All the stuff I find at HD/Lowes for patching concrete
cracks at intended for a maximum size of, at most, 1/4" wide
cracks. I have some very wide cracks/openings to patch, and
I'm looking for product suggestions. (I asked this earlier
with a different title, and attracted no responses. That
surprised me, and I still wonder why.)
Anyway, her is my situation: 27 years ago my concrete patio
was poured. 2" x 4"s were used to divide it into four large
areas. Patio has served me well. 2" x 4"s are beginning to
rot, and slots are
developing in the patio where the 2" x 4"s are. I'm
considering just pulling up the remaining 2" x 4"s and
filling the cracks with some sort of "gunk" I could purchase
at HD or Lowe's. My expectation is that the "gunk" would
generally match the color of concrete, be smoothed to be
level with the rest of the patio, and that it would harden
in a few hours/days. Question, what is the best
type/style/brand of "gunk"?
Any other ideas?
Former slayer of dragons; practice now limited to sacred
What do you mean "slots are developing" ?
(Probably got no reply cause there's no easy answer. I'd replace the
wood with wood, the only other thing i can think of is that asphalt-in-
a-bag they sell at HD. Nothing I can think of wouldn't just crack and
The boards (2" x 4"s) that were used to divide the patio
slabs (other posters have called these expansion joints)
have begun to rot. They seems to rot, un-uniformly, from
the top down in several places, so the space previously
filled with wood becomes open to the air. Those spaces I
call slots; they are not cracks, but I don't know a better
(Here is a graphic representation, that may get
all screwed up by different computer formatting rules.)
patio concrete | previously | patio concrete
| wood |
| remaining |
| wood |
sand sand sand
I doubt if I could force new boards into the openings. In
some places plant roots are growing, horizontally in the
I wonder if, after 27 years of curing and drying, there
still needs to be provision for expansion. This is in
Southern California, with an annual temp range of,
at most, 35 to 100 degrees.
* The old wood has to come out, no matter what, before you repair.
* So do the roots.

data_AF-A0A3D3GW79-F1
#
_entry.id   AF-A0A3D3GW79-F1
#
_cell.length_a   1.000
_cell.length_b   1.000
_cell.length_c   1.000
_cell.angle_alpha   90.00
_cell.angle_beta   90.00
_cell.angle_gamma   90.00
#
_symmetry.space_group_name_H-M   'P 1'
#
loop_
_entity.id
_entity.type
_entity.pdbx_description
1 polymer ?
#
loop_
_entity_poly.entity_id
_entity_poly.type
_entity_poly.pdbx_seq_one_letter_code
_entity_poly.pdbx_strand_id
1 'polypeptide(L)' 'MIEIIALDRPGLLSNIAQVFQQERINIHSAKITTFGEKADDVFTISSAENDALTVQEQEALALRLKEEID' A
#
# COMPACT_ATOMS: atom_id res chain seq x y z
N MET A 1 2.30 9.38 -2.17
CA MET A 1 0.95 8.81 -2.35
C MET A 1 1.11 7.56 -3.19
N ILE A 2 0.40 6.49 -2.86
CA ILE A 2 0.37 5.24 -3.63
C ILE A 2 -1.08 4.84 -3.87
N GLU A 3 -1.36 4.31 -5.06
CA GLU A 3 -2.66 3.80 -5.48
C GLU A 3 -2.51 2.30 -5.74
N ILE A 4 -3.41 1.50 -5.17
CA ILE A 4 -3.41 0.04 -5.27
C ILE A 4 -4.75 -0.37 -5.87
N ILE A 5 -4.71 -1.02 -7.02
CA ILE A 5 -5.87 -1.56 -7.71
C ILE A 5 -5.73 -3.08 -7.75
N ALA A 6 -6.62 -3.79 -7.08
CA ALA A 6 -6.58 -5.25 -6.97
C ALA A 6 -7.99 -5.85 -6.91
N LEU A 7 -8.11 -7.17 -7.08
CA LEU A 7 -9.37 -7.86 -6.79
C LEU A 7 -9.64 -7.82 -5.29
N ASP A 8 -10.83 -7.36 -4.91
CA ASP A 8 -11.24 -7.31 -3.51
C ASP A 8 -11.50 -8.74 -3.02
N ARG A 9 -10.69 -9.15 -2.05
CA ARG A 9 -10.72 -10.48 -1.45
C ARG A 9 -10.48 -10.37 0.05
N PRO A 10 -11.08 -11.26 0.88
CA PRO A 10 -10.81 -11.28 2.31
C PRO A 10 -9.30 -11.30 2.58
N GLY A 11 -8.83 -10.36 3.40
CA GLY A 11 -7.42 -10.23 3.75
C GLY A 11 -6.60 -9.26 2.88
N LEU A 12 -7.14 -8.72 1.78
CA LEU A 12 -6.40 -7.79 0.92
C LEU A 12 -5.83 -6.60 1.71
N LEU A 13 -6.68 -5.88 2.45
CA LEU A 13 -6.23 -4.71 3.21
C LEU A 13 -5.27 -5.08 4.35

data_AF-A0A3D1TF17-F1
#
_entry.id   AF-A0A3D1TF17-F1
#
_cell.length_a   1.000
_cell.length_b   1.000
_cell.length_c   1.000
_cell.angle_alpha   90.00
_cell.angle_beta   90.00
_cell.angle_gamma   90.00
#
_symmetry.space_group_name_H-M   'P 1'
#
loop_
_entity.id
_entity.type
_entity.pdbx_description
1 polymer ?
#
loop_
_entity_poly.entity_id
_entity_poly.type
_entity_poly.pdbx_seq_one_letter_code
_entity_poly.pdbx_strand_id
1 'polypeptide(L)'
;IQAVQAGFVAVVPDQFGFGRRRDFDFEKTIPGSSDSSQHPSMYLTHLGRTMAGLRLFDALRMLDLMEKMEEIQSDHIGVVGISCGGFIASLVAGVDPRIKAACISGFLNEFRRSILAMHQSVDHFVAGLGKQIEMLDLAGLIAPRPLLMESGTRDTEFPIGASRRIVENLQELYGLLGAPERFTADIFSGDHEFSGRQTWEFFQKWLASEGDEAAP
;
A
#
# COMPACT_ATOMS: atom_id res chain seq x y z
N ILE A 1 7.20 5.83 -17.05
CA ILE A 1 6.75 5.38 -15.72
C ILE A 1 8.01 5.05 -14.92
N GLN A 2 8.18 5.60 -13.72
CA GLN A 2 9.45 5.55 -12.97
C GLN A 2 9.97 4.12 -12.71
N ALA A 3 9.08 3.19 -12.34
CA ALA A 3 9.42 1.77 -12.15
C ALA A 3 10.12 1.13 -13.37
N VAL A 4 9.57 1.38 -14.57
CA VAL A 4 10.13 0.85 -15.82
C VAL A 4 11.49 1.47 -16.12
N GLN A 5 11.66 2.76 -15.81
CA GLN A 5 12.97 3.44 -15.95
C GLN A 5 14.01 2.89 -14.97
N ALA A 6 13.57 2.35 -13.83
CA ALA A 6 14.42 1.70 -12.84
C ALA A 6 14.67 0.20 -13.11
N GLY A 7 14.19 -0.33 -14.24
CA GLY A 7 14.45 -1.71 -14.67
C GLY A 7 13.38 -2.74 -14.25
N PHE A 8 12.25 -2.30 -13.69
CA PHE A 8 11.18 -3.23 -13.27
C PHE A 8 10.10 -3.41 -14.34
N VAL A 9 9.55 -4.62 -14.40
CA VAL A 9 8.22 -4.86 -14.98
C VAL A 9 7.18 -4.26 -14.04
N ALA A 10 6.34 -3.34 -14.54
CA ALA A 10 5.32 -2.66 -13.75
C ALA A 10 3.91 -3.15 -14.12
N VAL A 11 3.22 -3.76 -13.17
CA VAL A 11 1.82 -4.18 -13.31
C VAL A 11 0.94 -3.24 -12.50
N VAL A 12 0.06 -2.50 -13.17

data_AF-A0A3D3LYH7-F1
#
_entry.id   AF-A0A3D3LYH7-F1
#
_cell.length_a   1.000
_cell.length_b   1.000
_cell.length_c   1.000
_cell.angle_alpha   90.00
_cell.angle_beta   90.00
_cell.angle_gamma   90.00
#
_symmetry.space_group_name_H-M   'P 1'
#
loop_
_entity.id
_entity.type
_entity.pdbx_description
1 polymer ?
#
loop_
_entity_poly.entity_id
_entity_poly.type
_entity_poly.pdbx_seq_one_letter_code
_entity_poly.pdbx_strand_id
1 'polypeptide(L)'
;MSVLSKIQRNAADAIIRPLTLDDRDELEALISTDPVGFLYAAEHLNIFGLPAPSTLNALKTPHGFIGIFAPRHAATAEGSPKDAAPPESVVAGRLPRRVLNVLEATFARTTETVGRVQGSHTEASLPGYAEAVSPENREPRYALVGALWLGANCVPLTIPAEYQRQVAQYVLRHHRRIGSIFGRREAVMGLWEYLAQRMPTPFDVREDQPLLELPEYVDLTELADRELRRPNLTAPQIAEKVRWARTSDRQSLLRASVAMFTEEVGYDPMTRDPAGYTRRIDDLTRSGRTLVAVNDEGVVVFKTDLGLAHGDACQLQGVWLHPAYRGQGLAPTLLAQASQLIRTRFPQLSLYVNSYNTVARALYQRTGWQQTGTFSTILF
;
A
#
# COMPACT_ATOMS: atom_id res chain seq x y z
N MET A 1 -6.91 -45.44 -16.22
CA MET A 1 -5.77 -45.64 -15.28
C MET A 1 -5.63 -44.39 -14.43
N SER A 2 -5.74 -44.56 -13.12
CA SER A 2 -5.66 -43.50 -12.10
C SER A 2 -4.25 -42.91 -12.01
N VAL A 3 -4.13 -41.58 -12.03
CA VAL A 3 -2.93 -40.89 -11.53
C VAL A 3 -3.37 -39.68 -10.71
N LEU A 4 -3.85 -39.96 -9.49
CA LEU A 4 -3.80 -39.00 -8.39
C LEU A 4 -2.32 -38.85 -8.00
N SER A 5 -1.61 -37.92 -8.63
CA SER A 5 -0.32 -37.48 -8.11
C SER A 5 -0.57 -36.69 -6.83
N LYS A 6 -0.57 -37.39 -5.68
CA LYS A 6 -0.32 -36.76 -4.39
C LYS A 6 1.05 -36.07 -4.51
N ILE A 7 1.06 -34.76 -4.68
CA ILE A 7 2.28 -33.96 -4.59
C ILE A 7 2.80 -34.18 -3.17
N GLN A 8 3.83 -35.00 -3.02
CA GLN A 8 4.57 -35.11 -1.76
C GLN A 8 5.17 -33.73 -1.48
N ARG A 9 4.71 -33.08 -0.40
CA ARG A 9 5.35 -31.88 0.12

* So does anything else that's in the slots.
* You definitely DO need expansion joints. Concrete changes sizes with
temperature forever. That's why buildings, bridges, and roadways have
expansion joints. A 30' slab will expand by ~1/4" for your temperature
Some recommendations, in order of my personal preference:
* Replace the old wood with new wood. The boards can be trimmed down to
fit, no matter the dimensions of the slots. I did this for a client last
summer, and it looks great. Use cedar or redwood. They'll last 10-20
* Put in pavers, as recommended by another poster. It will look nice.
You can make them narrower than the slot, then fill the gap with sand,
to make room for expansion. This requires a brick-cutting saw.
* Put in soil and plant steppable plants, as recommended by another
poster. You might have trouble finding something that likes to grow
* Partially fill with sand to 1/4", cover with waterproof membrane, and
put self-leveling concrete crack filler on the top. This is the stuff
you see in parking lots that looks like rubber. It's easy to do a
parking lot-quality job, but hard to make it pretty enough for a patio.
You'll also have to replace it every few years.
A Trex 2x4 is 3.5 x 1.5" on the side. Can the OP live with this size?
I would not waste time with real wood. It is a maintenance headache
because it sits on dirt. Trex is not everyone's cup of tea because of
the mold problem, but at least it does not rot.
As the OP, the size doesn't sound like a problem, but I have
no idea what "Trex" means in this case. Is that a brand of
formed plastic? Something I could inspect at a HD or
Lowe's? More info please. Thanks.
If you pour concrete you would have to put expansion joints between the old
and new. If the joints are 1/2" wide you would end up with little 2 1/2"
slivers. Which would crack up in a few years.
The only thing I can think of is to put in some sand and find or cut some
pavers to fit the slots and make it an accent.
You may want to remove the old 2x4's and replace them
with new 2x4's. This would keep your expansion joints
as they were intended. Just don't pour in any concrete,
cement, epoxy, or any other substance that hardens and
will cause cracks.
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